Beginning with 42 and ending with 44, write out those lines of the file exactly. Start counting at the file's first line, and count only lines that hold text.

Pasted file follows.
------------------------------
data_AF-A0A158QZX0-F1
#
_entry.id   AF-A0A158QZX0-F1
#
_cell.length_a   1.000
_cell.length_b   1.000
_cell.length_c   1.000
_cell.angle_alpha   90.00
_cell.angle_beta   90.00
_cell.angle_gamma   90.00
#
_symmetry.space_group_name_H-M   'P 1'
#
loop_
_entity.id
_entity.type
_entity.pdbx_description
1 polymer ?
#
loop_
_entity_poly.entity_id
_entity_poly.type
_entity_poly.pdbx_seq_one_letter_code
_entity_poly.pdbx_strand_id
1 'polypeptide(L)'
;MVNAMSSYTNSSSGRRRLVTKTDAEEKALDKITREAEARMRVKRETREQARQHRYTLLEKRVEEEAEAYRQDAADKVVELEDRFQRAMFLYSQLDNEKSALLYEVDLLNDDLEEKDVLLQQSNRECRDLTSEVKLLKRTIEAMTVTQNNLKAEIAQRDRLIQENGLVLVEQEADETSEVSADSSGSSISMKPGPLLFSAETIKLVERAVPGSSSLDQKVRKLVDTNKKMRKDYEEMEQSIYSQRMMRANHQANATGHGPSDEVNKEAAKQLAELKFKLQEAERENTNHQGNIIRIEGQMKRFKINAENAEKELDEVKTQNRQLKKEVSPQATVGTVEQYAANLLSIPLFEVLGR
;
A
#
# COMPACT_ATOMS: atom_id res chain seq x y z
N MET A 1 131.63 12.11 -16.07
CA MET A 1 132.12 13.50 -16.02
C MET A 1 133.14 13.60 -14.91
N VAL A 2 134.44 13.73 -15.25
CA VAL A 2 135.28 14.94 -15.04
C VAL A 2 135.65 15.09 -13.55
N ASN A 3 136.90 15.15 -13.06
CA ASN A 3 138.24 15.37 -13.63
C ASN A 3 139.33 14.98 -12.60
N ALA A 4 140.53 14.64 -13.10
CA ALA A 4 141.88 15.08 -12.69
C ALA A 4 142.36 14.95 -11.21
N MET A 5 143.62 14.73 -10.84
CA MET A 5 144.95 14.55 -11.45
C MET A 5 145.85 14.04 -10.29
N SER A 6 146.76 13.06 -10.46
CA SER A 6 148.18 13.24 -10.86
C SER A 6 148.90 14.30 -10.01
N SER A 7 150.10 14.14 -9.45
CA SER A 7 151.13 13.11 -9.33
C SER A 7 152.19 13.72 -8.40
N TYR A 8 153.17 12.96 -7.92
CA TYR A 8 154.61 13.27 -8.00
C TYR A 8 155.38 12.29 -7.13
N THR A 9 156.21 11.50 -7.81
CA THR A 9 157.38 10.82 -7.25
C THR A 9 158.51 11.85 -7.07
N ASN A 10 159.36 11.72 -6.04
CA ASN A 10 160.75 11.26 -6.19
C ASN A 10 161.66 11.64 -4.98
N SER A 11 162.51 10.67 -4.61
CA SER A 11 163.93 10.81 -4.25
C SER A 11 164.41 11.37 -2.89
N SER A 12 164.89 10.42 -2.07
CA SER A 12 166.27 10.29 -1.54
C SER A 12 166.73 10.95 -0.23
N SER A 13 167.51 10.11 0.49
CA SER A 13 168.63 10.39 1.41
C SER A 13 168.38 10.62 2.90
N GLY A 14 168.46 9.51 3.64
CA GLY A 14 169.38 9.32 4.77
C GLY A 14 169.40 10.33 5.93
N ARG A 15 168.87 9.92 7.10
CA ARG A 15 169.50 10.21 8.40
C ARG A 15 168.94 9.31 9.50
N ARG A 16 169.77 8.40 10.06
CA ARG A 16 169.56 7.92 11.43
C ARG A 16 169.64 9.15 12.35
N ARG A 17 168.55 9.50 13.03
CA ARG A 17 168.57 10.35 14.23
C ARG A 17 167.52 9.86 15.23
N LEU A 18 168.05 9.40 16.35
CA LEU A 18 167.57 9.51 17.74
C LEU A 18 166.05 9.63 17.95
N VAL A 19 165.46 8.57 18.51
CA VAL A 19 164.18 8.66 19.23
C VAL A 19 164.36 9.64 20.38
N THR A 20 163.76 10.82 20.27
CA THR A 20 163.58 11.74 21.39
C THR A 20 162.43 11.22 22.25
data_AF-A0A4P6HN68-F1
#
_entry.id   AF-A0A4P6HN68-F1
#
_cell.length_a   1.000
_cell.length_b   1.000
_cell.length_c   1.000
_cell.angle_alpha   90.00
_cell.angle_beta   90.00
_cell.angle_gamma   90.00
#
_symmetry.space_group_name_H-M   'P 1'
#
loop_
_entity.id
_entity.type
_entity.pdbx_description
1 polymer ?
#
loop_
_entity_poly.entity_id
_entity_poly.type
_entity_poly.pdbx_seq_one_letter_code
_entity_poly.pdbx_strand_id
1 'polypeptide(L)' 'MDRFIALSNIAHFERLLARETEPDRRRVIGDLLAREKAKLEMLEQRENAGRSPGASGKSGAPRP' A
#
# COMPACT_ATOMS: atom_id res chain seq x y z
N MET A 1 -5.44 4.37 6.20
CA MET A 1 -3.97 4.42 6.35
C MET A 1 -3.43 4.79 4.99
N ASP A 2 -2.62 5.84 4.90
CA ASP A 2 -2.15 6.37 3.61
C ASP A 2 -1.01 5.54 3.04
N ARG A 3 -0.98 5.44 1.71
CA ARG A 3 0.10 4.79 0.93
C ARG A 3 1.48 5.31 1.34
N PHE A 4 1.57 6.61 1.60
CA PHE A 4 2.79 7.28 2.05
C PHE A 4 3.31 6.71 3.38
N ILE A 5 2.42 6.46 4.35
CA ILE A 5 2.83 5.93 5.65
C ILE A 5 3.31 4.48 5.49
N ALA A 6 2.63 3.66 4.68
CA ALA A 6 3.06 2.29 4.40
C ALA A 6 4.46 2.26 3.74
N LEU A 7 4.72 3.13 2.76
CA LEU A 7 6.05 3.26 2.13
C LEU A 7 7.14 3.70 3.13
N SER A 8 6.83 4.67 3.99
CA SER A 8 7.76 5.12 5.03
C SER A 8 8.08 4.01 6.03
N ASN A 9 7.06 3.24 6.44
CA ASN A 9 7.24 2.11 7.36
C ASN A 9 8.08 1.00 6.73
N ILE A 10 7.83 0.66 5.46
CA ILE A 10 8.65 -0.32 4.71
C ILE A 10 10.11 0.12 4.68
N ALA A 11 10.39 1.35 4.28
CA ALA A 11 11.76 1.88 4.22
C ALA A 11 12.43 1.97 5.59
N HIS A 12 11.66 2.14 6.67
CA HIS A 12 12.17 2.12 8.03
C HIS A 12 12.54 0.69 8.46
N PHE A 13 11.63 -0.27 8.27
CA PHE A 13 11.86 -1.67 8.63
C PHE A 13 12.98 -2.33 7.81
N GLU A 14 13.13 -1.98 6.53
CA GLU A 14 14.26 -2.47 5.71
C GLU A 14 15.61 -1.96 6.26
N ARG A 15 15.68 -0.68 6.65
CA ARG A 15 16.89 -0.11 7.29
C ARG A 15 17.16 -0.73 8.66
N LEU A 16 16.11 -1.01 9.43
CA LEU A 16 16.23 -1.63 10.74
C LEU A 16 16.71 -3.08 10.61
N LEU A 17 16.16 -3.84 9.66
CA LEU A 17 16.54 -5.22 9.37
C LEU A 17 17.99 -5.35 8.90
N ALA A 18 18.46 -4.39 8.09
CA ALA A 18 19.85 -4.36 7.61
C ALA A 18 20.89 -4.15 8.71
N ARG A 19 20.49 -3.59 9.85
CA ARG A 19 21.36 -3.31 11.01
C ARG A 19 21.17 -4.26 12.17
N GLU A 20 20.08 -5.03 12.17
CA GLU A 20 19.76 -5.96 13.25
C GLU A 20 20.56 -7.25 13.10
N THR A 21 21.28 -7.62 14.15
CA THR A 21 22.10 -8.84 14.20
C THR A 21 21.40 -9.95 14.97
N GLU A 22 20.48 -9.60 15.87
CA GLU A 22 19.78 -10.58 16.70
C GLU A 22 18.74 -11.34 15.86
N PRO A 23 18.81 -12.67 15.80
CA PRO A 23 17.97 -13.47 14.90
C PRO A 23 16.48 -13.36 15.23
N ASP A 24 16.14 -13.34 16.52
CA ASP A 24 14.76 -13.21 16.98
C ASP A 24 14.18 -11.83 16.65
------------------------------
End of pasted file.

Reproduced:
C ALA A 4 142.36 14.95 -11.21
N MET A 5 143.62 14.73 -10.84
CA MET A 5 144.95 14.55 -11.45